One Pianist’s Rising Sun Streams A Fresh Light On Black Composers

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Pianist Lara Downes champions Black composers such as Benny Golson, Florence Price, Margaret Bonds, Eubie Blake, Hazel Scott, and Alvin Singleton. “This is our American music,” she says. (Photo by Max Barrett)

DIGITAL FEATURE – “I just want people to know who these women were,” said the pianist Lara Downes recently, explaining the inspiration behind her Rising Sun Music project. “I’ve been working with Florence Price so much and I’m so tired of everyone telling the story about her, because the more you know the more you understand how complex her story is. Her life and work are part of an important moment in the cultural transitions of the 20th century.”

Rising Sun, which has a new theme each month, is a digital label that features Downes and guest artists.

Thanks to champions like Downes, the music of Price – an important African American composer, pianist, and teacher who died in 1953 – is now enjoying a renaissance. But when she offered a program of Price’s piano music to major labels a few years ago she had no takers, even though audiences were thrilled when she performed Price’s “Fantasie Negre” as an encore. So she decided to bypass established labels and launch her own digital endeavor instead, the title inspired by the lyrics of “Lift Every Voice and Sing (often called the Black National Anthem).

Rising Sun Music enables Downes to focus on Black composers, whose music she records with guest artists and releases on streaming platforms. The project, which has a new theme each month, launched in February with Remember Me to Harlem (named after a Langston Hughes poem about the Harlem Renaissance), a collection exploring Harlem as a center of musical migration and featuring works by Benny Golson, Eubie Blake, William Grant Still, and Margaret Bonds. The March release, Phenomenal Women, highlights music by Hazel Scott, Nora Holt, Bonds and Price.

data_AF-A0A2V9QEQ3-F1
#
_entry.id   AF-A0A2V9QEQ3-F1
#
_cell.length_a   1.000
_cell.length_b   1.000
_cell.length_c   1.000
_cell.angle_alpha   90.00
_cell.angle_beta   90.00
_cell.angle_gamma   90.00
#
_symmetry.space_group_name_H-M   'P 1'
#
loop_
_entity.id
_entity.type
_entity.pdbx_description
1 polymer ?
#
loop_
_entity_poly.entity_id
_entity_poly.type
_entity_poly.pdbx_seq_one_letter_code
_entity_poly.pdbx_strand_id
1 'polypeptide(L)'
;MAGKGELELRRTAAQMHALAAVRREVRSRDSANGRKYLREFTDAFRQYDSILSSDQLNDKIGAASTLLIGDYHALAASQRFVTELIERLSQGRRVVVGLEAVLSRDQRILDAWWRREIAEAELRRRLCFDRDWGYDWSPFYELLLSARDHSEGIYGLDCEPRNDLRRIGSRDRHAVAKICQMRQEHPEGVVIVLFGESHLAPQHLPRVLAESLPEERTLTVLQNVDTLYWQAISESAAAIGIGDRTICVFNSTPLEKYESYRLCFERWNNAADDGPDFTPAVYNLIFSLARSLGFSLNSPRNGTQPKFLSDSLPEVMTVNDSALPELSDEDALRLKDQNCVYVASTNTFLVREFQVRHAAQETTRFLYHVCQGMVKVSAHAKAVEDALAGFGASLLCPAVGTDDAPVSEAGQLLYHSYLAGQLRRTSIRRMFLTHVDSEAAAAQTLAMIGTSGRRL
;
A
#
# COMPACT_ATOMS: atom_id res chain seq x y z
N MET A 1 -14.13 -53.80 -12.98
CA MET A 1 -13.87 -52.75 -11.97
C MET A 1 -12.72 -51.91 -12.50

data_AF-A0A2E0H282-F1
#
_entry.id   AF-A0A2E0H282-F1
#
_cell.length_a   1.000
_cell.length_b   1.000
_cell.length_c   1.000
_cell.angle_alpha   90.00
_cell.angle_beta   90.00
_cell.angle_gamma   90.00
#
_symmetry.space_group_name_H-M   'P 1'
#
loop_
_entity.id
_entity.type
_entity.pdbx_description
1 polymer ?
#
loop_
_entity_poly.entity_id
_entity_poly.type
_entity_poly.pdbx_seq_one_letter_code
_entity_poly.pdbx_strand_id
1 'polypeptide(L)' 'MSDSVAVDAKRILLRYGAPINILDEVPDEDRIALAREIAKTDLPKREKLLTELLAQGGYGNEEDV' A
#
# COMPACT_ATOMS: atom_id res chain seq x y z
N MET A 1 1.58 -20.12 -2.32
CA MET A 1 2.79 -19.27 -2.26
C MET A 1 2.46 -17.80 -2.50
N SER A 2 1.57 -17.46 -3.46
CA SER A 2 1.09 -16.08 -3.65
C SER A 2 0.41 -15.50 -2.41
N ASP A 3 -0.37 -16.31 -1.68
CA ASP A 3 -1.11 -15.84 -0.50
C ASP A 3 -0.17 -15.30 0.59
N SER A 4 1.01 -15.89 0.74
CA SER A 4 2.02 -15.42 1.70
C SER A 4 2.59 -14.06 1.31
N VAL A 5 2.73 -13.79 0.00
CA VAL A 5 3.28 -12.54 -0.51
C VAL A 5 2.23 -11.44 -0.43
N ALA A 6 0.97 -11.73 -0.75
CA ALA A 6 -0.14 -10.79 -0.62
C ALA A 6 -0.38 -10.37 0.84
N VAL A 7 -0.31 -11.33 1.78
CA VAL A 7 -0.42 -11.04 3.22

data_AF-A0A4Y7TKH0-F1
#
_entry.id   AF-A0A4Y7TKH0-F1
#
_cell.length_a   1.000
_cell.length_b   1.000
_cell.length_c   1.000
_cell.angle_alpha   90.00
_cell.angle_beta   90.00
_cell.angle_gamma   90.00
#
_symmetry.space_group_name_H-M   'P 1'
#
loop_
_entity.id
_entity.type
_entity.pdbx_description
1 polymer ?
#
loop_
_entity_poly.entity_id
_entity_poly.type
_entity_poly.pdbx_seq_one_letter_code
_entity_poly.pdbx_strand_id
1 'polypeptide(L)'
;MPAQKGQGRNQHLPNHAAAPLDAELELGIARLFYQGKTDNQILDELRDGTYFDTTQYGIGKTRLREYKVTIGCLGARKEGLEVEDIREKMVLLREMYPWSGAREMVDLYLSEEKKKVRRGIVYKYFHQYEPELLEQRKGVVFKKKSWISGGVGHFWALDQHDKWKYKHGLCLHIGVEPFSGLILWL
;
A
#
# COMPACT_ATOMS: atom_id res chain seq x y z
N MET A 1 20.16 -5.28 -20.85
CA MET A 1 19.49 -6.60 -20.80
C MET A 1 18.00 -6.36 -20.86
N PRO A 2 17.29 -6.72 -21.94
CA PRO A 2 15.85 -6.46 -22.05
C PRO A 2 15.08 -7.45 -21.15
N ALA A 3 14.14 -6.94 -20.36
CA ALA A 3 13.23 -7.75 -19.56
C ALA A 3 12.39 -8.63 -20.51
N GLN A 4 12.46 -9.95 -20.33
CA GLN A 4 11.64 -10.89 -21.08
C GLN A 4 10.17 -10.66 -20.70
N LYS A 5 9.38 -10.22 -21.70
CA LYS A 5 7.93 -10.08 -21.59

The April album, Spring Fever, illuminates the theme of rebirth and renewal with music by Nkeiru Okoye, Alvin Singleton, H. Leslie Adams, and Betty Jackson King. In May, the spotlight will be on the 19th-century composer Justin Holland, a classical guitarist, teacher, and activist. In the summer, Downes will explore the great migration as a metaphor for different kinds of migrations and transformations.

A piano piece by Nkeiru Okoye is on the album ‘Spring Fever.’

Downes is constantly discovering new composers via the Rising Sun website, where scholars contact her and send manuscripts and scores. To broaden access to this music, she aims to publish new editions. In April, Theodore Presser Company started publishing sheet music for many of the works she features. Rising Sun Music continues Downes’ long-standing interest in American music, underrepresented composers, and genre-crossing works.

Downes was born in San Francisco in 1973 to civil rights activist parents: a Jamaican-born scientist father and an attorney mother of Russian-Jewish heritage. Downes and her two sisters were homeschooled and all three studied the piano, practicing on three instruments in different rooms in the family house. Early in adolescence Downes studied with the Austrian pianist Adolph Baller at Stanford. Her father was ill for many years and died when Downes was nine, after which she moved to Paris with her mother and sisters.